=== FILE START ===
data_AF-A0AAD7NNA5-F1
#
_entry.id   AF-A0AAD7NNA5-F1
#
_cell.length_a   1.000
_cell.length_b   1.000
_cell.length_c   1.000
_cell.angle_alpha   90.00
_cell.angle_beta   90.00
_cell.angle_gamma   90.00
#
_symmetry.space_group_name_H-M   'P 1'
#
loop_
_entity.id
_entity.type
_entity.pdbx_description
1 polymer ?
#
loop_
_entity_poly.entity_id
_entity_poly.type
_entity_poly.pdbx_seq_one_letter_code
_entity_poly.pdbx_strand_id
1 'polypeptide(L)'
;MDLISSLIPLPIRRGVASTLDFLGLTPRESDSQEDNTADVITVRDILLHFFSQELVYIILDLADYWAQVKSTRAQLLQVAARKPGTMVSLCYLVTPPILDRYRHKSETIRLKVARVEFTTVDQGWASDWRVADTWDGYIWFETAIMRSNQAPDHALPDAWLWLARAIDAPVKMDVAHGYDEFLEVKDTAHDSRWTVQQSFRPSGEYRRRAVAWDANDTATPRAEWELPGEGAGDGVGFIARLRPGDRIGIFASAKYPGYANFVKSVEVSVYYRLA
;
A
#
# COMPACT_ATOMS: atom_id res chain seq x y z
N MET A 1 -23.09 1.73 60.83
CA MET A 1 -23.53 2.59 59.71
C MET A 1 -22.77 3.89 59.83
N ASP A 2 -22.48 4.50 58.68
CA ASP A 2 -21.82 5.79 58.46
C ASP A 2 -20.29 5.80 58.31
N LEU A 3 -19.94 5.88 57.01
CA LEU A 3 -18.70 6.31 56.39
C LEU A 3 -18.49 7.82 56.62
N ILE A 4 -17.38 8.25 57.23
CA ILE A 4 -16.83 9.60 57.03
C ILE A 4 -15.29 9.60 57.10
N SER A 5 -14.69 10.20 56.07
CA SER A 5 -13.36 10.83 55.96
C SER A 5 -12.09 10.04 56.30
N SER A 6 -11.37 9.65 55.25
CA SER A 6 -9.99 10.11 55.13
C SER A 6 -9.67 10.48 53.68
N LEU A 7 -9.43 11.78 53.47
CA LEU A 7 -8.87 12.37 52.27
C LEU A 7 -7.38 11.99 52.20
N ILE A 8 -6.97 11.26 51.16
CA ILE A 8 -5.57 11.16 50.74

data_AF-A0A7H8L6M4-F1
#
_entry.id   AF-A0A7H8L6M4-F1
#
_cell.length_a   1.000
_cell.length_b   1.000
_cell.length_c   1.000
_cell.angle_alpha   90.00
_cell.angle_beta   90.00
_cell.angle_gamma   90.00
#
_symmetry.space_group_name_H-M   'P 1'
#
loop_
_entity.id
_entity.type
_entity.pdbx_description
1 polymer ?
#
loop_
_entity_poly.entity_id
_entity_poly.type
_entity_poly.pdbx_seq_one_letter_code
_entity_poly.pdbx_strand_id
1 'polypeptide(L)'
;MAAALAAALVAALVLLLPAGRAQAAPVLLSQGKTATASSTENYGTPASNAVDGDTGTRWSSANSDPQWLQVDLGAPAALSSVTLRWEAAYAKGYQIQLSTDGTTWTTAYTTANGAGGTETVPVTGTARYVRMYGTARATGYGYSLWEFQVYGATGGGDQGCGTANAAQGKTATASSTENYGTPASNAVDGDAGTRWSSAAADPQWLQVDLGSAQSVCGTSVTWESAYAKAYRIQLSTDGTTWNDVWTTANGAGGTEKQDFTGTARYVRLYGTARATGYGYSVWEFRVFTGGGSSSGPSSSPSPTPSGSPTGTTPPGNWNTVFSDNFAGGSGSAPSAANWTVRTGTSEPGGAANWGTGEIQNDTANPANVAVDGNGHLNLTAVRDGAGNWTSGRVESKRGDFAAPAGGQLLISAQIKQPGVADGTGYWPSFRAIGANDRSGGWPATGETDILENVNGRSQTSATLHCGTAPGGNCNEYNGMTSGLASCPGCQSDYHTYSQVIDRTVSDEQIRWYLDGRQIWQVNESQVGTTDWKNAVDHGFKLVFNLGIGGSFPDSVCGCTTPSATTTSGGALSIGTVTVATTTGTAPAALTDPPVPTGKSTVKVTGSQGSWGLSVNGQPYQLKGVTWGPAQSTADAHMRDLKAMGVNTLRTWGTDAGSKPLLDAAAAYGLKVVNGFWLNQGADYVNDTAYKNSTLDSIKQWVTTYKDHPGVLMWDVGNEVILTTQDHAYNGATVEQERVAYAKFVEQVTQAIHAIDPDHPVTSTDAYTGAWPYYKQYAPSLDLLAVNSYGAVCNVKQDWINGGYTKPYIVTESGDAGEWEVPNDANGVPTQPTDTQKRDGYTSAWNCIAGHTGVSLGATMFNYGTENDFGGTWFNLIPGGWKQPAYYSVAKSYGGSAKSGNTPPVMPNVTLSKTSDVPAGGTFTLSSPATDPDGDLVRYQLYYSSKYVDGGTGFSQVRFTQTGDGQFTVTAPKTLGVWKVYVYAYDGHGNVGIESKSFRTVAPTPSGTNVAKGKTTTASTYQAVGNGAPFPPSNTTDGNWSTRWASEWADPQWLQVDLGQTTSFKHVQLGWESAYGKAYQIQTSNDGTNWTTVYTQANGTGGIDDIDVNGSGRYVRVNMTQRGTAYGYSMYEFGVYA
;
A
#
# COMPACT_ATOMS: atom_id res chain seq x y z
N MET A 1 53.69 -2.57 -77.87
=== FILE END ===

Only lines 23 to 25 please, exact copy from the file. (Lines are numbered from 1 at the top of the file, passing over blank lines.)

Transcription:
_entity_poly.pdbx_seq_one_letter_code
_entity_poly.pdbx_strand_id
1 'polypeptide(L)'